Save for the excessive, inescapable hype and prognostication, Google Chrome doesn’t have an immediate impact on me. I work on a Mac, so I can’t even test-drive the new Web browser (although I did read the comic).
What does it boil down to? Not the browser horse race, which so many portray. While he tends to over-narrate anything Google, often with great doom and gloom, Nicholas Carr delivers a meaningful analysis:
Although I’m sure Google would be thrilled if Chrome grabbed a sizable chunk of market share, winning a “browser war” is not its real goal. Its real goal, embedded in Chrome’s open-source code, is to upgrade the capabilities of all browsers so that they can better support (and eventually disappear behind) the applications. The browser may be the medium, but the applications are the message.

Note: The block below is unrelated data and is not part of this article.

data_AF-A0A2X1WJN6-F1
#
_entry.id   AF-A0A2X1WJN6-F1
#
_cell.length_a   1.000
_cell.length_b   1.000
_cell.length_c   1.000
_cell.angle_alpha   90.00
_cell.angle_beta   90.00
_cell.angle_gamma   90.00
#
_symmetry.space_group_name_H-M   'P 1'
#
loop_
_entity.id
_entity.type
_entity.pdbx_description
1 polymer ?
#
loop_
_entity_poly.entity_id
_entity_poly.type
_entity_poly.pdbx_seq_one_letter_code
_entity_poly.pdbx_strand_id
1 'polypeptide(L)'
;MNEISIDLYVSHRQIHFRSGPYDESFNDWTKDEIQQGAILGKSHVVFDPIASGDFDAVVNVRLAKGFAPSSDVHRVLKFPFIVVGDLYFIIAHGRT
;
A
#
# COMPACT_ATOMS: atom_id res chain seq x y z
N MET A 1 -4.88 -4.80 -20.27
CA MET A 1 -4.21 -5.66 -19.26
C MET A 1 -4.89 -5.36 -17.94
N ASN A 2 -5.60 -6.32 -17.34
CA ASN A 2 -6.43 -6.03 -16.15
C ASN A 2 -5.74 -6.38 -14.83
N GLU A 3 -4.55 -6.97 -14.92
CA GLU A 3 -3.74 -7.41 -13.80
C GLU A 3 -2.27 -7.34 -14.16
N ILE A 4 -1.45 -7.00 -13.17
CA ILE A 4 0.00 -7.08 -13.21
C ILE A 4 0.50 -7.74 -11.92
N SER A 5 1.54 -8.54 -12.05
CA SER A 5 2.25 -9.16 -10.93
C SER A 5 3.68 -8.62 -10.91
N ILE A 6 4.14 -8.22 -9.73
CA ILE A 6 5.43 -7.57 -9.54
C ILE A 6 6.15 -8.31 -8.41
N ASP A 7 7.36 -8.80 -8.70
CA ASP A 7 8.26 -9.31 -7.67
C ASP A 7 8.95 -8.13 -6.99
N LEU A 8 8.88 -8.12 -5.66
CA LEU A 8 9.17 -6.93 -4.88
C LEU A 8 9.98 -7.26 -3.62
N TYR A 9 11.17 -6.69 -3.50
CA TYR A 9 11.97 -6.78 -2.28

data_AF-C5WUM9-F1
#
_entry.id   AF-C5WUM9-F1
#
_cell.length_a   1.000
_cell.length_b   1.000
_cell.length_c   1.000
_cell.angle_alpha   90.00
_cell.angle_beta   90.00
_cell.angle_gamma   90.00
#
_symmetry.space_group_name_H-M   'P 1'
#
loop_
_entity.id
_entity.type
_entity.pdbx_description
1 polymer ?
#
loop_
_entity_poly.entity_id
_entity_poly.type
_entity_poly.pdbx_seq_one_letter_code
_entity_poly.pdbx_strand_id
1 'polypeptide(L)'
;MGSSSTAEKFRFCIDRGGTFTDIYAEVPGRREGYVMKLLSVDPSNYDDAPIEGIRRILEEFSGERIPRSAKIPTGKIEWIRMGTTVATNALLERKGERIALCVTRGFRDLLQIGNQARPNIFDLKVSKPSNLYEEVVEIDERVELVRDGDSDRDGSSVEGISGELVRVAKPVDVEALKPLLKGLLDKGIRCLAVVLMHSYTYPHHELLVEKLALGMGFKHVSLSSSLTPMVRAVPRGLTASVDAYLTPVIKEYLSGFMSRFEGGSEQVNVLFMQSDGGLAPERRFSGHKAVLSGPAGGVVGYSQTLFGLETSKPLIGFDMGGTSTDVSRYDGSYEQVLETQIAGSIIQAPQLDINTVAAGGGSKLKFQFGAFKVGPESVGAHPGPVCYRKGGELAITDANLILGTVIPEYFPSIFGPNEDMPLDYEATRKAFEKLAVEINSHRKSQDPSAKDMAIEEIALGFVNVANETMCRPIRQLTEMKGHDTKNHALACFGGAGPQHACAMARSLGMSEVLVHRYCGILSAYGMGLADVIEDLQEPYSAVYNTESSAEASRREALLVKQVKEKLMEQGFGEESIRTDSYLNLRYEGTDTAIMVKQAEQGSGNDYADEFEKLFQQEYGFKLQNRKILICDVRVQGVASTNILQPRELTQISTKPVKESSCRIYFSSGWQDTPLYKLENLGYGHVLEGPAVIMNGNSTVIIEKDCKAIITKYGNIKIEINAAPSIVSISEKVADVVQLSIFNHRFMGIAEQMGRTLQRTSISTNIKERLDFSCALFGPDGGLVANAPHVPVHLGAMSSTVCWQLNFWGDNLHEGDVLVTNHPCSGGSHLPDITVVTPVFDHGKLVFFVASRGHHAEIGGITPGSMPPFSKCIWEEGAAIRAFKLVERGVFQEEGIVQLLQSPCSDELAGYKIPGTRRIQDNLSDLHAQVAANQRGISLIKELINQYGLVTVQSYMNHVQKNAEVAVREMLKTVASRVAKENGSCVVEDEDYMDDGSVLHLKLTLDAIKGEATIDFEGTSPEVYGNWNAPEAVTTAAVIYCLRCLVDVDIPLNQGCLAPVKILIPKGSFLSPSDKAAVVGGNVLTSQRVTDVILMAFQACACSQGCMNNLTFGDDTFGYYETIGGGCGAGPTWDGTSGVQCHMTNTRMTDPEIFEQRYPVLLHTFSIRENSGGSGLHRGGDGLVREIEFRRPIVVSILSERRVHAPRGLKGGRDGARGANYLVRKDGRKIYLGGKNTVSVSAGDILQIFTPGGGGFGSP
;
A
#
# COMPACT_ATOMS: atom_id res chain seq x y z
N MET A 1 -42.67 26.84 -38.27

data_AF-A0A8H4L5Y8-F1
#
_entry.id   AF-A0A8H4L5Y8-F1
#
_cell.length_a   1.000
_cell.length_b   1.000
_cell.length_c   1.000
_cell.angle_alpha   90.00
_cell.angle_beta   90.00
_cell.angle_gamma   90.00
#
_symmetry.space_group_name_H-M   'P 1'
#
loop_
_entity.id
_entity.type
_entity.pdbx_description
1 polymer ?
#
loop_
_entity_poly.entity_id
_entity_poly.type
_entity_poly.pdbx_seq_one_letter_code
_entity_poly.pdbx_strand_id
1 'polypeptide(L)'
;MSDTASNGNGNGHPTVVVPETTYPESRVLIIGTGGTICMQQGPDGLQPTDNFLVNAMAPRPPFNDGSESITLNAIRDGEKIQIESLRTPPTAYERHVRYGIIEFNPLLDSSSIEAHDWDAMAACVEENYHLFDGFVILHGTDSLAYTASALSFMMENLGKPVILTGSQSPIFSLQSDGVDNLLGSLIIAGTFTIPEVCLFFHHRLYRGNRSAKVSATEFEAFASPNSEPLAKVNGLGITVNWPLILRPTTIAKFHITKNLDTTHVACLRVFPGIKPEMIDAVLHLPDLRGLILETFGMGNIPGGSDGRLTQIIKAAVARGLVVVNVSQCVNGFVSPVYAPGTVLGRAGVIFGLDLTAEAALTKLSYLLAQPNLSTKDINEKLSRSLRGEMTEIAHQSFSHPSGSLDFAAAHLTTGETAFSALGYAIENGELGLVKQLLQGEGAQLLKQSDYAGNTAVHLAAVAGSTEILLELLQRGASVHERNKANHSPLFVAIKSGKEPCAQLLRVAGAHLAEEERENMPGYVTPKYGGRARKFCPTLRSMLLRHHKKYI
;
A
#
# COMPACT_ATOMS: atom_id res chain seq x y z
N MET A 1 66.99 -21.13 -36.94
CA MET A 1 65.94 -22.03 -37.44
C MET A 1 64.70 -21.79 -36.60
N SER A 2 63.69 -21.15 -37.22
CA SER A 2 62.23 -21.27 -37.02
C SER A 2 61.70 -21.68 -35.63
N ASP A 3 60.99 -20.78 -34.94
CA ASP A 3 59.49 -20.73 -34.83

That’s an interesting tactic. Introduce competition, not because it’s your goal, but because it creates a more vibrant, nurturing landscape for the rest of your products and services. Competition as a subtle Trojan Horse.